I just read something more depressing than James Inhofe on climate change. The city of L.A.’s Chief Administrative Officer’s mid-year budget update and recommendations is a real tearjerker. It offers a $200M plus deficit and a plan to eliminate at least 1,000 general fund employees. And there’s no serious economic help on the way. Not from the state and not from the feds.
The report also augurs more early retirements, a critical issue that has led to an unprecedented brain drain in city government. By May, I may be the last person hanging out at City Hall with a memory of the battle over the Hyperion Treatment Plant.
Just as in years past, there are city departments under attack. The usual suspects are the Environmental Affairs Department (EAD) and the Board of Public Works. I can recall at least two mayors that tried to eliminate these critical government bodies.
It looks like the CAO is going after EAD again, but the Board seems safe … for now. Today the City Council’s Budget and Finance committee began discussing the CAO recommendations, including the elimination of the EAD. The debate has dragged into the night.
Under the recommendations, many of EAD’s functions will be spread to the winds and end up in other departments, including transportation, planning and community development. Other staff could end up in the mayor’s office, strengthening the staff on energy and environment.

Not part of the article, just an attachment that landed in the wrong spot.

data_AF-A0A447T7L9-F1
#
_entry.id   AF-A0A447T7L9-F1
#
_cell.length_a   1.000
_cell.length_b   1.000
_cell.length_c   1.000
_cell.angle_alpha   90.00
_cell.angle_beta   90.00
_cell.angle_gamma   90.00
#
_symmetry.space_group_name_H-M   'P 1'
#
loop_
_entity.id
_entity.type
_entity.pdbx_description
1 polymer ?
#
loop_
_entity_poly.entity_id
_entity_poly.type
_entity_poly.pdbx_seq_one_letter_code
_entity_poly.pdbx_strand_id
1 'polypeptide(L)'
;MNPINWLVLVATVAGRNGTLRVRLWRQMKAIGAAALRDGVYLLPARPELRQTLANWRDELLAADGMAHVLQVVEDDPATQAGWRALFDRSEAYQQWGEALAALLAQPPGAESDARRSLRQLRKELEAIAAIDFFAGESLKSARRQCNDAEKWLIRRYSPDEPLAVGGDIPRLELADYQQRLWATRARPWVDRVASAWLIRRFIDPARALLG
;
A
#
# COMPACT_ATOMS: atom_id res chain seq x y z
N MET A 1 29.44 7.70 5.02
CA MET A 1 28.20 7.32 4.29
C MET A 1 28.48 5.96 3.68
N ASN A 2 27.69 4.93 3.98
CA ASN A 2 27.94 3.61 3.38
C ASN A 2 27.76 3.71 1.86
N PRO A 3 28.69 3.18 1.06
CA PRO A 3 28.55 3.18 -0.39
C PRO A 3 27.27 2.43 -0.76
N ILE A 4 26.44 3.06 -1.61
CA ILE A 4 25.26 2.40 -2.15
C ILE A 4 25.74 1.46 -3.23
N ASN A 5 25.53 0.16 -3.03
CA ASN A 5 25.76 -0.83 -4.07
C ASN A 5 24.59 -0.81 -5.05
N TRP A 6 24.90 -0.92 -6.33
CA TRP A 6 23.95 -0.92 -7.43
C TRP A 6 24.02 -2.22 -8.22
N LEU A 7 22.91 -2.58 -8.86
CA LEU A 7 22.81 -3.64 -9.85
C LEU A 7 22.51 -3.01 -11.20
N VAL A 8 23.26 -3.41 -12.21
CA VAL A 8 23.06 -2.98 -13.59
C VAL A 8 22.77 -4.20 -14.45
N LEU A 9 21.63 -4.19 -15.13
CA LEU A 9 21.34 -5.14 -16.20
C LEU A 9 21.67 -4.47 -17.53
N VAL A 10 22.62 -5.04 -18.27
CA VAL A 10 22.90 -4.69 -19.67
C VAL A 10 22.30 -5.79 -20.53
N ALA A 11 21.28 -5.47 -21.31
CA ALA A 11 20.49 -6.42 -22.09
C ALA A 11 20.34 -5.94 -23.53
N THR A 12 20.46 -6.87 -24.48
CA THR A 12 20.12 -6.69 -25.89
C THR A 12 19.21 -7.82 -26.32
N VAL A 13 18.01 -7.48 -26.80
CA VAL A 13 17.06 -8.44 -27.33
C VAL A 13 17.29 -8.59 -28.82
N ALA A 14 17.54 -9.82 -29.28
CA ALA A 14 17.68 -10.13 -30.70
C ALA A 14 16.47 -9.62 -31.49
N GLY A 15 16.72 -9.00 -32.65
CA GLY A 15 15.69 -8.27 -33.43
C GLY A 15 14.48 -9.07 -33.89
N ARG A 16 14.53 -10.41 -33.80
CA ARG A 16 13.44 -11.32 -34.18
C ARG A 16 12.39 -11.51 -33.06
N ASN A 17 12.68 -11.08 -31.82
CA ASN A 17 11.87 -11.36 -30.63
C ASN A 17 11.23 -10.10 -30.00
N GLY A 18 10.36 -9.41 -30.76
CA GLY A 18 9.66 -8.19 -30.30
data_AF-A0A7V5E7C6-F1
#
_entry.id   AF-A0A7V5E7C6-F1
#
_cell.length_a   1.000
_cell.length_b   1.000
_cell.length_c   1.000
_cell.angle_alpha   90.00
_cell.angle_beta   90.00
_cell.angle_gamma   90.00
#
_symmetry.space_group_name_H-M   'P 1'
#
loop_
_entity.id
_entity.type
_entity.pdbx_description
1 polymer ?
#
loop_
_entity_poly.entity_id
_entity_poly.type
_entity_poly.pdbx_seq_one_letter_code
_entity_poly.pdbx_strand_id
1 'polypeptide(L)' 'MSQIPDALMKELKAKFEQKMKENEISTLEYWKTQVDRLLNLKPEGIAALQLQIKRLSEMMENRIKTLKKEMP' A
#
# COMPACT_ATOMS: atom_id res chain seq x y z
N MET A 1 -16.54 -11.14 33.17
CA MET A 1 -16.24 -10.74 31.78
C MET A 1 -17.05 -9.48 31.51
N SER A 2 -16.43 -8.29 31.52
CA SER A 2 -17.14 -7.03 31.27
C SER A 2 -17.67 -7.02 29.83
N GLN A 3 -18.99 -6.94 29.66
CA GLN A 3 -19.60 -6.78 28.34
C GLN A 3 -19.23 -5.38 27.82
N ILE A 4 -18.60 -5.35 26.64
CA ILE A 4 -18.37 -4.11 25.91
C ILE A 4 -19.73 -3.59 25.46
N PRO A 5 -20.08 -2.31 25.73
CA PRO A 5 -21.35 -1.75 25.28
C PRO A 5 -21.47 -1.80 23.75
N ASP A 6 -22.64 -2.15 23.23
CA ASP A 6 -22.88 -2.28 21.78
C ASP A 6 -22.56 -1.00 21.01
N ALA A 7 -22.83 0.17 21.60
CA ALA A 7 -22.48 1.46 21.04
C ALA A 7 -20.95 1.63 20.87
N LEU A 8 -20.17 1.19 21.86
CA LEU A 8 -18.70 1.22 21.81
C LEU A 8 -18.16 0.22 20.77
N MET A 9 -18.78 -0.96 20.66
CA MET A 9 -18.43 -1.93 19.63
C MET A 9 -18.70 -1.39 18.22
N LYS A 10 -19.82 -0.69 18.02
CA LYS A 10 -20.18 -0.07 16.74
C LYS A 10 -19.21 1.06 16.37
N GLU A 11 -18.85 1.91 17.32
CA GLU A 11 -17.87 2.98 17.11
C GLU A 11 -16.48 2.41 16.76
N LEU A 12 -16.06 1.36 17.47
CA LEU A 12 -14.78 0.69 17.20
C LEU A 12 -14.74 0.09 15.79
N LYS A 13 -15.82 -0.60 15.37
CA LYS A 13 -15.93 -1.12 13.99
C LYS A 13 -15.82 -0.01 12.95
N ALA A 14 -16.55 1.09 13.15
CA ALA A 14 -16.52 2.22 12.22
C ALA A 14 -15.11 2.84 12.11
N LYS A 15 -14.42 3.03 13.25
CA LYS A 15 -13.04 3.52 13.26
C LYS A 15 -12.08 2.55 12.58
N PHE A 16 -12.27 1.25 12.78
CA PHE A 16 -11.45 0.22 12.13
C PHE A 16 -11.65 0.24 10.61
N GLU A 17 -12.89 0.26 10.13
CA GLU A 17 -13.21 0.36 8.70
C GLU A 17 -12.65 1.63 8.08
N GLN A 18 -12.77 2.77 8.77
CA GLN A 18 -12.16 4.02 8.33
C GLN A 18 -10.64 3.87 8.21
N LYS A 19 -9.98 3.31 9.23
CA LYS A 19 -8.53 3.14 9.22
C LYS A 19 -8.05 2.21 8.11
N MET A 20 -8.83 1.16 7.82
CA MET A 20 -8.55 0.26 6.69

Some six staff positions will be eliminated if the CAO recommendation goes forward. The EAD Commission also will be history. The full City Council is set to vote on the proposals on Wednesday.
With financial problems of this magnitude, budget pain must be spread throughout the city family. However, eliminating the folks working on climate change and a sustainable city plan for L.A. doesn’t make sense. Last I checked, those initiatives were still enormous priorities for the mayor, the City Council and the environmental community.
The danger of a financial crisis is that those in power often slash and burn across the board without adequately looking at priorities and functions. This can’t be allowed to happen.
Whacking EAD doesn’t save the city much money and it jeopardizes some of the mayor’s biggest priorities. If the council and mayor decide to use the budget crisis as an opportunity to reorganize to eliminate redundancy and improve environmental protection, effectiveness and efficiency, then that’s a different matter.
The CAO report recommendation might save some money, but without preserving and enhancing EAD’s critical functions. Climate change action and sustainable city planning can’t be deferred. They are urgent needs.
The public needs to join Green LA and other environmental groups in making themselves heard at City Council. Environmental protection is not a luxury that we can only afford during the best of times.